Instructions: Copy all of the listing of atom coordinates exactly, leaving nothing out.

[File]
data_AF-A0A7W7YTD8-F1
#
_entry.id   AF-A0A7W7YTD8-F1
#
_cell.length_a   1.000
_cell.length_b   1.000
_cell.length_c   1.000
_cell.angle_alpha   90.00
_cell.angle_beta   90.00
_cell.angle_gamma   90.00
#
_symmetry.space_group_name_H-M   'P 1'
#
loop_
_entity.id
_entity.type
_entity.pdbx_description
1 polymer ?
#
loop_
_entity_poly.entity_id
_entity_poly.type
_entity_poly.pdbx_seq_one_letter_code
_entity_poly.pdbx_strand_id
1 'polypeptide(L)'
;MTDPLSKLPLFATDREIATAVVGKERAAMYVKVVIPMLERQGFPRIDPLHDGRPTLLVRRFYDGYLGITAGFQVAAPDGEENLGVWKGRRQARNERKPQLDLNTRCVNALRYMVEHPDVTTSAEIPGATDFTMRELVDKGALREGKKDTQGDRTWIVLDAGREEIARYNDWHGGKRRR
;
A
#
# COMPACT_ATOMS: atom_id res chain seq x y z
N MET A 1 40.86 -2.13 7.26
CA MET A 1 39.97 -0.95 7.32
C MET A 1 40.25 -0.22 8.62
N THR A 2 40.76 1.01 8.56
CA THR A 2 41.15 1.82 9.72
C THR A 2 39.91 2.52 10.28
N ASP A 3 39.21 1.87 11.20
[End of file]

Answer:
data_AF-A0A7W7YTD8-F1
#
_entry.id   AF-A0A7W7YTD8-F1
#
_cell.length_a   1.000
_cell.length_b   1.000
_cell.length_c   1.000
_cell.angle_alpha   90.00
_cell.angle_beta   90.00
_cell.angle_gamma   90.00
#
_symmetry.space_group_name_H-M   'P 1'
#
loop_
_entity.id
_entity.type
_entity.pdbx_description
1 polymer ?
#
loop_
_entity_poly.entity_id
_entity_poly.type
_entity_poly.pdbx_seq_one_letter_code
_entity_poly.pdbx_strand_id
1 'polypeptide(L)'
;MTDPLSKLPLFATDREIATAVVGKERAAMYVKVVIPMLERQGFPRIDPLHDGRPTLLVRRFYDGYLGITAGFQVAAPDGEENLGVWKGRRQARNERKPQLDLNTRCVNALRYMVEHPDVTTSAEIPGATDFTMRELVDKGALREGKKDTQGDRTWIVLDAGREEIARYNDWHGGKRRR
;
A
#
# COMPACT_ATOMS: atom_id res chain seq x y z
N MET A 1 40.86 -2.13 7.26
CA MET A 1 39.97 -0.95 7.32
C MET A 1 40.25 -0.22 8.62
N THR A 2 40.76 1.01 8.56
CA THR A 2 41.15 1.82 9.72
C THR A 2 39.91 2.52 10.28
N ASP A 3 39.21 1.87 11.20